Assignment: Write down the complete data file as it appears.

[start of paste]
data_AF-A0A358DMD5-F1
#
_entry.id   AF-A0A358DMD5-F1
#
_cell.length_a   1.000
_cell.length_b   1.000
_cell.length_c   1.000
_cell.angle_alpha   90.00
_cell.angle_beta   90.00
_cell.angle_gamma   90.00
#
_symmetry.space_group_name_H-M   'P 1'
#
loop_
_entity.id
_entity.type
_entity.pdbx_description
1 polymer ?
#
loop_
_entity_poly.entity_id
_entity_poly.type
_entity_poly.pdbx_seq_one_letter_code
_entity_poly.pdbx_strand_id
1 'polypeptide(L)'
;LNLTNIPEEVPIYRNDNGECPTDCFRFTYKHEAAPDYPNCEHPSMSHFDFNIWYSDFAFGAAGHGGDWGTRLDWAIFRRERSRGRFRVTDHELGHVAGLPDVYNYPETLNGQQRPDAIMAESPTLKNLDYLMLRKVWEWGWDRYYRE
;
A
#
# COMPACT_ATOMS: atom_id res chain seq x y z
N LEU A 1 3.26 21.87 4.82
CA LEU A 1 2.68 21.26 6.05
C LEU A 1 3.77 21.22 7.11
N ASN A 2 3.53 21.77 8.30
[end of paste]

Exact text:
data_AF-A0A358DMD5-F1
#
_entry.id   AF-A0A358DMD5-F1
#
_cell.length_a   1.000
_cell.length_b   1.000
_cell.length_c   1.000
_cell.angle_alpha   90.00
_cell.angle_beta   90.00
_cell.angle_gamma   90.00
#
_symmetry.space_group_name_H-M   'P 1'
#
loop_
_entity.id
_entity.type
_entity.pdbx_description
1 polymer ?
#
loop_
_entity_poly.entity_id
_entity_poly.type
_entity_poly.pdbx_seq_one_letter_code
_entity_poly.pdbx_strand_id
1 'polypeptide(L)'
;LNLTNIPEEVPIYRNDNGECPTDCFRFTYKHEAAPDYPNCEHPSMSHFDFNIWYSDFAFGAAGHGGDWGTRLDWAIFRRERSRGRFRVTDHELGHVAGLPDVYNYPETLNGQQRPDAIMAESPTLKNLDYLMLRKVWEWGWDRYYRE
;
A
#
# COMPACT_ATOMS: atom_id res chain seq x y z
N LEU A 1 3.26 21.87 4.82
CA LEU A 1 2.68 21.26 6.05
C LEU A 1 3.77 21.22 7.11
N ASN A 2 3.53 21.77 8.30